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Legislators Still Unsure About Pence’s 10 Percent Tax Cut

The Department of Revenue took in more taxes in April than in May.

State lawmakers got their first look at Governor Mike Pence’s complete budget proposal Tuesday, including Pence’s 10 percent income tax cut. Legislators say it is still too early to determine whether the cut will become a reality.

Pence’s proposed budget keeps government spending increases fairly low, both in comparison to the last several state budgets and to inflation growth. That would allow the state to cut personal income taxes ten percent across the board while maintaining a rainy day fund.

Noblesville Republican Senator Luke Kenley says if the state has enough money to reduce taxes, cutting the personal income tax rate might not be the best choice.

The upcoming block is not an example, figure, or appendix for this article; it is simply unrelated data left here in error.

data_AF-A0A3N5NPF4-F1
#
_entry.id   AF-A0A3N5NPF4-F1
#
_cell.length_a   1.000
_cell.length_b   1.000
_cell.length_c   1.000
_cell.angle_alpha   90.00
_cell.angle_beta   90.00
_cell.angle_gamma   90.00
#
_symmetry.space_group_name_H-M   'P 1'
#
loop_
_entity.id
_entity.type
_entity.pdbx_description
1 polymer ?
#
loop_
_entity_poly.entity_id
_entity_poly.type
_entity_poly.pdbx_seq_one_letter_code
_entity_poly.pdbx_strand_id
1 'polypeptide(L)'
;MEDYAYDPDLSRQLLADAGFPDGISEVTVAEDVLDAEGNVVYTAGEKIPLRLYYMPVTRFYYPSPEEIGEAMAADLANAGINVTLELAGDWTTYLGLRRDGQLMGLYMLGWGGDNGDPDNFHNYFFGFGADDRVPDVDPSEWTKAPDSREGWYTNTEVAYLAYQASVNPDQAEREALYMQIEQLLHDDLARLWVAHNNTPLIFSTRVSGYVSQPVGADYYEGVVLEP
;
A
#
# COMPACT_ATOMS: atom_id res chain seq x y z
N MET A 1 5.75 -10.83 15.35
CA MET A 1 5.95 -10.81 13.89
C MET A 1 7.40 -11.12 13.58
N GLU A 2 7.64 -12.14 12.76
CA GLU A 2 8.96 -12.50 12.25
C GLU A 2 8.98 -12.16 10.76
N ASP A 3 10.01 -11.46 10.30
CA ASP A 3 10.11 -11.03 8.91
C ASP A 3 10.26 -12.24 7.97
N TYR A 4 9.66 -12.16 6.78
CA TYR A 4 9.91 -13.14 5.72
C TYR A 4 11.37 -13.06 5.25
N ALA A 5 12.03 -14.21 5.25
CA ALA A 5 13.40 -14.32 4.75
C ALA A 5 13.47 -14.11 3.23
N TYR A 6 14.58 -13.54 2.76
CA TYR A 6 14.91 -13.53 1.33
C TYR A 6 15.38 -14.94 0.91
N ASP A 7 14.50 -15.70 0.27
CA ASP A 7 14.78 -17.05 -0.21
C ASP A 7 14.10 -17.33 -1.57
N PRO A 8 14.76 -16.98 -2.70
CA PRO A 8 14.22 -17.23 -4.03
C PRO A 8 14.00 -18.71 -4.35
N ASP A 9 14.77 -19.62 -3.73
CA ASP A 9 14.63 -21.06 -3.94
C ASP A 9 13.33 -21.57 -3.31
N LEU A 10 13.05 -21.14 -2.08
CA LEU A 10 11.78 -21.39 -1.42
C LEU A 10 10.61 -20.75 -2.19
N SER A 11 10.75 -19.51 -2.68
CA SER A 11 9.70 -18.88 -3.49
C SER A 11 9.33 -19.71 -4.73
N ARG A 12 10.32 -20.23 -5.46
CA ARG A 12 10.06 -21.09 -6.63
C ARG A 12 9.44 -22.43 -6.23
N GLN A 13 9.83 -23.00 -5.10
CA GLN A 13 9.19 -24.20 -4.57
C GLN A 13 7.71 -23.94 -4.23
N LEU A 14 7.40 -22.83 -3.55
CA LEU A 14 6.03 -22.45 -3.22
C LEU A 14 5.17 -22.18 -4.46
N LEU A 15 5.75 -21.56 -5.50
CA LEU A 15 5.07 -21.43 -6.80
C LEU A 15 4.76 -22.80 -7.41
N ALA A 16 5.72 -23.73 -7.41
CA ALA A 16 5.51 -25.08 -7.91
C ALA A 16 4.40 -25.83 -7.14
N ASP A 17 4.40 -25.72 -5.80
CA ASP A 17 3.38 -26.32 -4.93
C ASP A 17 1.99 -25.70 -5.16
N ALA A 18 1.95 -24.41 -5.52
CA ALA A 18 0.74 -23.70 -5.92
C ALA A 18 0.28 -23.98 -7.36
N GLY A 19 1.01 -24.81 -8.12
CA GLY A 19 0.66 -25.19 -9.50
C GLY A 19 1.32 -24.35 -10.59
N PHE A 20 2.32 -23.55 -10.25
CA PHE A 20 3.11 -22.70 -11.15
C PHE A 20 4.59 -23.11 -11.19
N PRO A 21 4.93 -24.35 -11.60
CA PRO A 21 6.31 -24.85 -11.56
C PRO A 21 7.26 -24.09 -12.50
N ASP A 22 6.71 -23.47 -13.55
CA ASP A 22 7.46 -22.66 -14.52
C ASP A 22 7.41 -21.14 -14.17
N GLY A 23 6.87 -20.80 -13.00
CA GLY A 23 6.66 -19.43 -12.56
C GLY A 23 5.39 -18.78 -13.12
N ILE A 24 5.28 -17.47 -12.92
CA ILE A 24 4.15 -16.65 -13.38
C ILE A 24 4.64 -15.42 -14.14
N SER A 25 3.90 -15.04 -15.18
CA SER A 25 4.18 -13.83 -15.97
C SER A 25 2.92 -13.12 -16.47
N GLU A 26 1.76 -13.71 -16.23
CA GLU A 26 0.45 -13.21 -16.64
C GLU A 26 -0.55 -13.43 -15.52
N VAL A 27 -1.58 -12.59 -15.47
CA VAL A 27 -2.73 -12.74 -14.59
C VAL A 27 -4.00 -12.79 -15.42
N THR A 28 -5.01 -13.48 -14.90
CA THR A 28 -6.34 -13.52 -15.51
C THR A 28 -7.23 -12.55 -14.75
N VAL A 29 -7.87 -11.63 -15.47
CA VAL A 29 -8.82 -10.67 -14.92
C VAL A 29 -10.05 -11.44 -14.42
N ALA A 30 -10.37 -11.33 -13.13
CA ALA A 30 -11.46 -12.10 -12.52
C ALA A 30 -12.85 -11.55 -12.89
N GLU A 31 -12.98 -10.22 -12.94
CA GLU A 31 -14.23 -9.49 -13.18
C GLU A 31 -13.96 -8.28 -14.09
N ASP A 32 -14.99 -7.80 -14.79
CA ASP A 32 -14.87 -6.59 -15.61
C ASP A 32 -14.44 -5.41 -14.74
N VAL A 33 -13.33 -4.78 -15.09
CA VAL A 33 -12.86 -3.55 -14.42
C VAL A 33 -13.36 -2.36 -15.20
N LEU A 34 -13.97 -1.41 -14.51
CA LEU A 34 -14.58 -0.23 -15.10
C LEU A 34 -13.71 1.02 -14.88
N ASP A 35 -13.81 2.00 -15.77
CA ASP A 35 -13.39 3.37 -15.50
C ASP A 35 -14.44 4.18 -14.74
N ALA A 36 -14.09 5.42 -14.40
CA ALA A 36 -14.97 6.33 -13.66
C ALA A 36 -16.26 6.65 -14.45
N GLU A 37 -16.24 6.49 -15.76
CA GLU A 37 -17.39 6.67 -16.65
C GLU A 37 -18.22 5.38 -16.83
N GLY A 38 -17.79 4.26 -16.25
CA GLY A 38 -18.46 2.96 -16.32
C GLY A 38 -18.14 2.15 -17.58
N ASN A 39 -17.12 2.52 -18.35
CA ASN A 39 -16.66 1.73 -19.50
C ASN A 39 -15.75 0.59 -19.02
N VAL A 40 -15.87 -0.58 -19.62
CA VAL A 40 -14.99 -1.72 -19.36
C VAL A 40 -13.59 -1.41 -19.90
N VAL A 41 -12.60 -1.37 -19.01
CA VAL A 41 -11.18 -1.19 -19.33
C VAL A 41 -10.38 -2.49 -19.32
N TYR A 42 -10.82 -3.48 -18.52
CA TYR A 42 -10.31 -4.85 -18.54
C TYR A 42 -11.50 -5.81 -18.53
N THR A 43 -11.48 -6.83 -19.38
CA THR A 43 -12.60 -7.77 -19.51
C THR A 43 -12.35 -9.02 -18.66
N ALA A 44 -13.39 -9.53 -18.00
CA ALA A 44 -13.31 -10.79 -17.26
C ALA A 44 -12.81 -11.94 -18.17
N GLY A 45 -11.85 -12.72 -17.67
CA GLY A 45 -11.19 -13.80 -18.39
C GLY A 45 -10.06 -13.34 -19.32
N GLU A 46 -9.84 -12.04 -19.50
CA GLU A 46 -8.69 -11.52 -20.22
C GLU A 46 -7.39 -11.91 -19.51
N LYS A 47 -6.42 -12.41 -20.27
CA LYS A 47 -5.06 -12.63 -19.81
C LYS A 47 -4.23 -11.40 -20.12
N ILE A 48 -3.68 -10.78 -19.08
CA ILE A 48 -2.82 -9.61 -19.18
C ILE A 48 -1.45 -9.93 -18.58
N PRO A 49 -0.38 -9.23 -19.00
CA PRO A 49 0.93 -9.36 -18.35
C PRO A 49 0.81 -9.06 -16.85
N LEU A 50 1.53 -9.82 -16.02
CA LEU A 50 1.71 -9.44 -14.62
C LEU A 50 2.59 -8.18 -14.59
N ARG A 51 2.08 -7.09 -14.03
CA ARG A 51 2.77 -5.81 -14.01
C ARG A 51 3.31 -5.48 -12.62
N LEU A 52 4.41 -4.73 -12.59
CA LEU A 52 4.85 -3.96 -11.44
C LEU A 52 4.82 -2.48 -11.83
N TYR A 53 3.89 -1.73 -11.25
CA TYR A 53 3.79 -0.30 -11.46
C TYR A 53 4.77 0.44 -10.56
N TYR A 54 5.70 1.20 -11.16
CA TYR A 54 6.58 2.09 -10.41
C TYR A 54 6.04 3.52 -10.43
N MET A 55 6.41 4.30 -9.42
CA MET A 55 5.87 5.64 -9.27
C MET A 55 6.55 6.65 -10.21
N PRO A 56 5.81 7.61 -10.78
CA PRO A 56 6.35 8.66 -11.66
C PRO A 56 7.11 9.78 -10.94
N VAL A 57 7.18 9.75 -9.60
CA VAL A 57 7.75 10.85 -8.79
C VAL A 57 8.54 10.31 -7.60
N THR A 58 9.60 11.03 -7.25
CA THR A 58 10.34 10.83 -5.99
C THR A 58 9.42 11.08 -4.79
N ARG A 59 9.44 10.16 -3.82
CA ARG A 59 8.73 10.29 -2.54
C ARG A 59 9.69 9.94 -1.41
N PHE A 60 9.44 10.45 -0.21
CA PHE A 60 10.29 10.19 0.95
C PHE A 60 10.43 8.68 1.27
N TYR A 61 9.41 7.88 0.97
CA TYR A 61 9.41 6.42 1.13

“Some would argue that if you lower the corporate income tax a little more, closer to where the individual income tax is, you’ll draw more businesses and more jobs in Indiana,” he says.

Pence’s budget director Chris Atkins says the personal income tax cut can be an economic driver.

“Well most importantly it would permanently lower taxes on most Indiana small businesses and employers and it would put $500 million directly back into our economy by letting Hoosiers keep more of their own money,” Atkins says.

Kenley says Pence’s proposed budget is a good baseline legislators can use to jumpstart discussion of the tax cut’s feasibility

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